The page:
What the hell is ‘dysphoria’ anyway? It’s really a question along the same lines as asking what Lupus, Shingles, or Planters Fasciitis are. None of these, by the way involves wolves, roofers, or gardeners, contrary to the naming conventions followed by less elusive ailments like Tennis Elbow. In any case, being transgender, or specifically transsexual, used to be known as ‘Gender Identity Disorder’ and was classified as such in the DSM before they decided to knock it the hell out of there into the pile that contains homosexuality, the planet Pluto, and St Christopher. It doesn’t mean these things don’t exist (including Christopher, who allegedly dropped the kid in river upon further review and got stripped of his title), it just means they were misclassified. Let’s talk about the whole ‘dysphoria thing, shall we?
By the way, special thanks to Michelle the Younger, a long time reader who suggested I talk to this when up shits creek with ideas. Dysphoria in its most basic form is the polar opposite of euphoria. The latter is having an over abundance of phoria and the former is being totally bereft of it all together. Gender dysphoria then is having a total absence of exuberance about one’s gender. It’s a little misleading because most people aren’t exactly euphoric about it and simply take it for granted. Those with euphoria for their birth gender should probably be avoided like the assholes over at Alpha House, or anyone who reminds you of Quinn Fabray.
Gender Dysphoria is best summed up as the feeling one gets when understanding themselves as mentally and emotionally female and looking down to see a pair of hairy balls dangling to and fro between one’s legs. To be fair, it is the same feeling of being a dude and inheriting gramma’s double D’s that are now poking out of a hairless chest. In any case, it’s a few orders of magnitude more severe than ‘My-Cat-Wrinkly-Bill-Died’ Dysphoria, primarily because beloved irreplaceable pets are often and quickly replaced. As we age, the feeling of dysmorphia gets worse as gender specific traits tend to manifest and stay.
Not to sound too glib, but dysphoria can be a real bummer and affects many trans people at various times in their lives. On the very serious side of things, it can be fatal. Many feel caught between the overwhelming depression about an untenable situation that causes an equal level of overwhelming anxiety when any thought is given to addressing it head on. We have talked about the fear here before, so going to leave that where we left it. Untreated, however, the dysphoria tends to grow and worsen well beyond any unreasonable sense of optimism or ability to dissociate. Being spectacularly good at the latter, I can attest personally that no matter where I went in my head, there it was, and it wasn’t going away.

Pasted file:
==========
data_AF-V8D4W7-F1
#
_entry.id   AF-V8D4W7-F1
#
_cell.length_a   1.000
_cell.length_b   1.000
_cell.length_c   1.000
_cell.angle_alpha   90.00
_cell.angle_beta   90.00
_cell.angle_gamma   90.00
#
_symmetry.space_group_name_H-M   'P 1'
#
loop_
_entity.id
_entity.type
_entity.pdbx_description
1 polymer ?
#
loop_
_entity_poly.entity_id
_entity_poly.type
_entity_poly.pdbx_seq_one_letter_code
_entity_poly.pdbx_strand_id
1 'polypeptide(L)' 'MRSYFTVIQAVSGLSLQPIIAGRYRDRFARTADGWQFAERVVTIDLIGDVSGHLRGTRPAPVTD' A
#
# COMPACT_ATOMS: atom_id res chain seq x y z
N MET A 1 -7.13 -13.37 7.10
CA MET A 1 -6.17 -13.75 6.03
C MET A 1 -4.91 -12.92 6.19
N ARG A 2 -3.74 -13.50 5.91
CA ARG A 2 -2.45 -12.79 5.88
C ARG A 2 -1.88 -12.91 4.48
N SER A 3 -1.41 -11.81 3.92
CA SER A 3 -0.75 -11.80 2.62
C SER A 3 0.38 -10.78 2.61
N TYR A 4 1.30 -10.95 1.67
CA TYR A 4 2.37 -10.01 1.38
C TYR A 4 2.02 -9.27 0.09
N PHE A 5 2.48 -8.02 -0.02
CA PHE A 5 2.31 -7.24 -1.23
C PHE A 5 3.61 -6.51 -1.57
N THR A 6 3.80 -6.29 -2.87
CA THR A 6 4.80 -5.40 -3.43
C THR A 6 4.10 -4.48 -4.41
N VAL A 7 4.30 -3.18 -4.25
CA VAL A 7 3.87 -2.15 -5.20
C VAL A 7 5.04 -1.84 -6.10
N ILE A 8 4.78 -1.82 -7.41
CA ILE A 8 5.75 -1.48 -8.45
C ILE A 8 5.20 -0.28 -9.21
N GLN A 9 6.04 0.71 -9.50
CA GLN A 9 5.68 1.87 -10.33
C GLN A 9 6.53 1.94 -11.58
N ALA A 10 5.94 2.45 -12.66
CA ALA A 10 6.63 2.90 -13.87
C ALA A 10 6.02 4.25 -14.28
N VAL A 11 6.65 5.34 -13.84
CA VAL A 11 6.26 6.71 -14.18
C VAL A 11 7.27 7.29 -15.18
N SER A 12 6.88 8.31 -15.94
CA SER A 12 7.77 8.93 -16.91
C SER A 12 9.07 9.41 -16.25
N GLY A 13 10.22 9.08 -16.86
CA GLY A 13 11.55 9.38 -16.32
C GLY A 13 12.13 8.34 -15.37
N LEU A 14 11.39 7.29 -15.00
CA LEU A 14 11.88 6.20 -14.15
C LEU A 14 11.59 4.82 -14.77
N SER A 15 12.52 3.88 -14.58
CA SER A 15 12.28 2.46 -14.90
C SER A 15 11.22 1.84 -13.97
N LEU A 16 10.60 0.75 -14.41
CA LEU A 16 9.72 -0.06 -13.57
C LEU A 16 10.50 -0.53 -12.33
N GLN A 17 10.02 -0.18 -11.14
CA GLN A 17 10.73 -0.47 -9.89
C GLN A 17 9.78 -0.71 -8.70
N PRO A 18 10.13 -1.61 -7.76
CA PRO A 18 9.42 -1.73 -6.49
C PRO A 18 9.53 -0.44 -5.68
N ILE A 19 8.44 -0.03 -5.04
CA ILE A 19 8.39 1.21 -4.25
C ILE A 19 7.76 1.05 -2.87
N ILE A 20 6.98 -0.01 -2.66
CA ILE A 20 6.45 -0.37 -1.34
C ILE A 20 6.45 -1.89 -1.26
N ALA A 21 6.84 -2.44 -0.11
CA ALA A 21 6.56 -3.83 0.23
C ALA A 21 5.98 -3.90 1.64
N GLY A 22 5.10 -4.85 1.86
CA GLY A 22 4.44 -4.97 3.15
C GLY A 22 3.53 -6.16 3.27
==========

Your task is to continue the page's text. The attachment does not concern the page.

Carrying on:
Cisgender people have a very hard time understanding this. We come up with imperfect little analogies, but none of them succeed in producing that ‘holy shit, that really sucks!’ reaction we all kind of unreasonably expect. My latest attempt is the dislocated shoulder. It’s weird and horrible from the get go, but time just intensifies it until it has to be addressed and you would do anything to make not just the pain, but the freakishness of it go away. Pop it back in, take off my arm, or shoot me in the head, but do something because I can’t go another minute like this. Unfortunately this only has the possibility of hitting home with about the 3% of the population who have dislocated a shoulder, and of those, maybe 3% make the logical leap and don’t start describing rotator cuffs or other off track things.
Unfortunately, dysphoria can persist even after transition; a little something something not everyone likes to talk about. This isn’t true of everyone of course, but many have very optimistic expectations about transition and slip back into a depressive state once reality pokes its big bald head through the clouds. Realization that one will never be as smokin’ hot as Mayim Bialik or Dot Marie Jones can be a bit of a downer. Same with everyone still making you as a dude no matter what you do. Others are dismayed to learn that they really are still a grade A asshole even after 2 years of estrogen. Plus there are all the bills. Oh, the bills!
The best way to treat dysphoria is to address it head on. Prescription medication and even a well cultivated sever alcoholism or drug addiction generally won’t touch it. It’s not easy at all, and I think we all can’t help but feel deeply for those who are just becoming dreadfully aware of their situation and walk around with that crushed hopeless look on their faces. That is getting better though, especially now that there are more and more of us proving, just through living our lives, that it’s not so bad, life can continue and even get better, and that the bogeyman of exposure terror has less teeth than we imagined. After that, it’s all a matter of managing one’s expectations and understanding that all this effort really does is put us at the same starting line as everyone else, albeit decades late.
So, those are my thoughts on dysphoria and I hope we can discuss further now that I have pledged to be much better at responding to comments, of which I do read and digest every single one.